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IBRION=1

For IBRION=1, a quasi-Newton (variable metric) algorithm is used to relax the ions into their instantaneous groundstate. The forces and the stress tensor are used to determine the search directions for finding the equilibrium positions (the total energy is not taken into account). This algorithm is very fast and efficient close to local minima, but fails badly if the initial positions are a bad guess (use IBRION=2 in that case). Since the algorithm builds up an approximation of the Hessian matrix it requires very accurate forces, otherwise it will fail to converge. An efficient way to achieve this is to set NELMIN to a value between 4 and 8 (for simple bulk materials 4 is usually adequate, whereas 8 might be required for complex surfaces where the charge density converges very slowly). This forces a minimum of 4 to 8 electronic steps between each ionic step, and guarantees that the forces are well converged at each step.

The implemented algorithm is called RMM-DIIS[26]. It implicitly calculates an approximation of the inverse Hessian matrix by taking into account information from previous iterations. On startup, the initial Hessian matrix is diagonal and equal to POTIM. Information from old steps (which can lead to linear dependencies) is automatically removed from the iteration history, if required. The number of vectors kept in the iterations history (which corresponds to the rank of the Hessian matrix must not exceed the degrees of freedom. Naively the number of degrees of freedom is 3*(NIONS-1). But symmetry arguments or constraints can reduce this number significantly. There are two algorithms build in to remove information from the iteration history. i) If NFREE is set in the INCAR file, only up to NFREE ionic steps are kept in the iteration history (the rank of the approximate Hessian matrix is not larger than NFREE). ii) If NFREE is not specified, the criterion whether information is removed from the iteration history is based on the eigenvalue spectrum of the inverse Hessian matrix: if one eigenvalue of the inverse Hessian matrix is larger than 8, information from previous steps is discarded. For complex problems NFREE can usually be set to a rather large value (i.e. 10-20), however systems of low dimensionality require a carful setting of NFREE (or preferably an exact counting of the number of degrees of freedom). To increase NFREE beyond 20 rarely improves convergence. If NFREE is set to too large, the RMM-DIIS algorithm might diverge.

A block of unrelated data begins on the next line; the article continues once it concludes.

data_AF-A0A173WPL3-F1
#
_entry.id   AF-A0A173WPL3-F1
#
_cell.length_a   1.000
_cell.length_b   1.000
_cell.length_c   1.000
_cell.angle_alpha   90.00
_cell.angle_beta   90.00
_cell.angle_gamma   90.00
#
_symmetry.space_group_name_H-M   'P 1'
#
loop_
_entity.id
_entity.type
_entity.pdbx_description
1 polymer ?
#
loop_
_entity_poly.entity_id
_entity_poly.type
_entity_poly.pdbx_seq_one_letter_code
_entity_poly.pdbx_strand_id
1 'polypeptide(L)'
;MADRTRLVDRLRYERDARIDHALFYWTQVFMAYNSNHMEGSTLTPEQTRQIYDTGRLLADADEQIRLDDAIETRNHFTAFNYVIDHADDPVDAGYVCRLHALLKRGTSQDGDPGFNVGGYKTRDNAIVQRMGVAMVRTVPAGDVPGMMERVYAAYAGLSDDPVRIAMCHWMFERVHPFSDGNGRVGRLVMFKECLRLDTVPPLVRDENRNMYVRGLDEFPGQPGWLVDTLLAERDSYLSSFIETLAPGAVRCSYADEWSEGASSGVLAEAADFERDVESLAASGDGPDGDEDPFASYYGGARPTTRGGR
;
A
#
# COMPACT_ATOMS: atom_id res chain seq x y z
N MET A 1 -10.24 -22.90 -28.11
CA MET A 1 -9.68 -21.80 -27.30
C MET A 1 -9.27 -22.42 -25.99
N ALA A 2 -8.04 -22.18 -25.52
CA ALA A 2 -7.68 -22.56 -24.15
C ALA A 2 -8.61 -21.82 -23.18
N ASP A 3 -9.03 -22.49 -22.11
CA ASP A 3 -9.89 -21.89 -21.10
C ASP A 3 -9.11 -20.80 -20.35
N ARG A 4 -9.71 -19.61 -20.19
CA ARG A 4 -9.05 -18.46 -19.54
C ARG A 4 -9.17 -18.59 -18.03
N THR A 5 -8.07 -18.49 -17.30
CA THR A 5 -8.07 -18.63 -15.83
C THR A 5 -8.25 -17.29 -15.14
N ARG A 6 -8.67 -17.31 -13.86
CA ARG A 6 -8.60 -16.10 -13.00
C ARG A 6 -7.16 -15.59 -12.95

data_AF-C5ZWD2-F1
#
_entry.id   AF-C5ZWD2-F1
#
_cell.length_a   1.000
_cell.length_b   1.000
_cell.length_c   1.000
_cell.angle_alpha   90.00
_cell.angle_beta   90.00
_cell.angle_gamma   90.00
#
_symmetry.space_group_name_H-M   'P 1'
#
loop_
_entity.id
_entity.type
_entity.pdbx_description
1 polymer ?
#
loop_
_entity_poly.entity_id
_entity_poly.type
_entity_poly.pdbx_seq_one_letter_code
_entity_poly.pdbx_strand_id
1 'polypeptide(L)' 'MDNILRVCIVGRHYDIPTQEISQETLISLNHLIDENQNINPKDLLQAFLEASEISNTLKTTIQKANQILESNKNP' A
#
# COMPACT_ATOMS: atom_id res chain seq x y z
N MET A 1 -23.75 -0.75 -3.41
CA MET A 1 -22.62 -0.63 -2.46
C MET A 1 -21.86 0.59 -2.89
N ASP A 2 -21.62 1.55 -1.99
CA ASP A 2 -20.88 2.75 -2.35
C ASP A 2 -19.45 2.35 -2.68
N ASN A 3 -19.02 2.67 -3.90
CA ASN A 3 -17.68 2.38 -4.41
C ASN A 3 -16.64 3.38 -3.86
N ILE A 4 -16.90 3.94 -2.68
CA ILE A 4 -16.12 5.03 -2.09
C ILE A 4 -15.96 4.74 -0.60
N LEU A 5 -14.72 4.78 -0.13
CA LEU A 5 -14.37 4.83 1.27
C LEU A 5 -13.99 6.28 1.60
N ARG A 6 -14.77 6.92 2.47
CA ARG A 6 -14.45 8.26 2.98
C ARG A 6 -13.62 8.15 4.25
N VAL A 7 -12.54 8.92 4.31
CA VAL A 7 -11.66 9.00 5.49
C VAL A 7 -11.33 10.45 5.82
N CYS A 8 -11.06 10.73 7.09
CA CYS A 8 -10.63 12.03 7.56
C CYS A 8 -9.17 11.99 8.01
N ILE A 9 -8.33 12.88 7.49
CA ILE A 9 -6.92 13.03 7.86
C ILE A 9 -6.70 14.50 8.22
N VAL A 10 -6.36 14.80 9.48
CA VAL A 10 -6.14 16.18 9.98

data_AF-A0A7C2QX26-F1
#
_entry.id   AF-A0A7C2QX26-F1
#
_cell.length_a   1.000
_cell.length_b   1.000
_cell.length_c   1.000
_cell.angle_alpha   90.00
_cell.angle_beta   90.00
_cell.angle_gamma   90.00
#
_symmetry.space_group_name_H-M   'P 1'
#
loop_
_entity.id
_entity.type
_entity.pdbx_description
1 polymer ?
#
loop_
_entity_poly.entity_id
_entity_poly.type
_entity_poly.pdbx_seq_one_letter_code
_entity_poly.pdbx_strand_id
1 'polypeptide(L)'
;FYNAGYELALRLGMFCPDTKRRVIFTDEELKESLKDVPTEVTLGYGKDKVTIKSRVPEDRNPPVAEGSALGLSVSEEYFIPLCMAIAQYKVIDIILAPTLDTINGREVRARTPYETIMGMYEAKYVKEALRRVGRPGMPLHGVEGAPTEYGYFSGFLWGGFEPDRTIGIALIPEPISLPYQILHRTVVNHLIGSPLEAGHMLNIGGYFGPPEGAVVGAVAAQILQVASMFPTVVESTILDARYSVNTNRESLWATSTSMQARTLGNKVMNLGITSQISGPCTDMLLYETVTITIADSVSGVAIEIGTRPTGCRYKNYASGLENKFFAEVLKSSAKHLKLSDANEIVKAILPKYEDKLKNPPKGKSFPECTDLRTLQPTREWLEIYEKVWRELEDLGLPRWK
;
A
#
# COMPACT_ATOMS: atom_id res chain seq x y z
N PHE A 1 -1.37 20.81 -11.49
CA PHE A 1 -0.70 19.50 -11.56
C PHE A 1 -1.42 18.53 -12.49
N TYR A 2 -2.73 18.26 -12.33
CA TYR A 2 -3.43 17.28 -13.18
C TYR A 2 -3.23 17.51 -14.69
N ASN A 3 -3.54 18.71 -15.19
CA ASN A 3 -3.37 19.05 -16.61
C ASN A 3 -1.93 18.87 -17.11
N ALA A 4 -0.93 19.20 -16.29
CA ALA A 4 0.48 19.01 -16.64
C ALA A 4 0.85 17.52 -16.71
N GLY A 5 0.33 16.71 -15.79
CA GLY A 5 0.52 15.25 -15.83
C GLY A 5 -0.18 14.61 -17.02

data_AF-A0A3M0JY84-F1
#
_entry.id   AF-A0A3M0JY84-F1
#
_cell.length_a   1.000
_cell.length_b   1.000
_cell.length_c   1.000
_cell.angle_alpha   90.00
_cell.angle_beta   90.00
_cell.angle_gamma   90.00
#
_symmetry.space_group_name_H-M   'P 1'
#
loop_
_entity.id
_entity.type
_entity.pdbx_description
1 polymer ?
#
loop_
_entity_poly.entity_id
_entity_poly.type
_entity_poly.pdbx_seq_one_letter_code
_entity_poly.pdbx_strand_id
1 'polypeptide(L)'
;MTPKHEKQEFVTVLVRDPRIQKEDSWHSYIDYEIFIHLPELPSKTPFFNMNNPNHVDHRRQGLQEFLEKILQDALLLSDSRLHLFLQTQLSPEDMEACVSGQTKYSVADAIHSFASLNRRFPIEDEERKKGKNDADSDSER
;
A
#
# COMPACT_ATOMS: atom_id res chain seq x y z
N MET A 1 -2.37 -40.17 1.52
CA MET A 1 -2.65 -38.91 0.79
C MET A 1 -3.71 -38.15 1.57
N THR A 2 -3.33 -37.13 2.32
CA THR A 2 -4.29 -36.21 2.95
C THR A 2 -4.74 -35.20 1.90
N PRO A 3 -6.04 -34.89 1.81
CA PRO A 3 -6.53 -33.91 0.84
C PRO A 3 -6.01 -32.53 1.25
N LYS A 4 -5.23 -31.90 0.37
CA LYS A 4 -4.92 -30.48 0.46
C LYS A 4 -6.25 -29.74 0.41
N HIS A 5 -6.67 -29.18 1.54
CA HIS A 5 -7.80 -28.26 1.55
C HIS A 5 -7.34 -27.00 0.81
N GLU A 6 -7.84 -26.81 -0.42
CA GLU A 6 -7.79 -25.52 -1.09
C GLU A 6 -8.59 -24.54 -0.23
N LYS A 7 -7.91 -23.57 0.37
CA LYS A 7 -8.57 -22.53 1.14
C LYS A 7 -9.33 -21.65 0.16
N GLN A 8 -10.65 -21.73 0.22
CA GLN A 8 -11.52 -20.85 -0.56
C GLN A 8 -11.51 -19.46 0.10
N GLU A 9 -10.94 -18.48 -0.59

The choice of a reasonable POTIM is also important and can speed up calculations significantly, we recommend to find an optimal POTIM using IBRION=2 or performing a few test calculations (see below).


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N.B. Requests for support are to be addressed to: vasp.materialphysik@univie.ac.at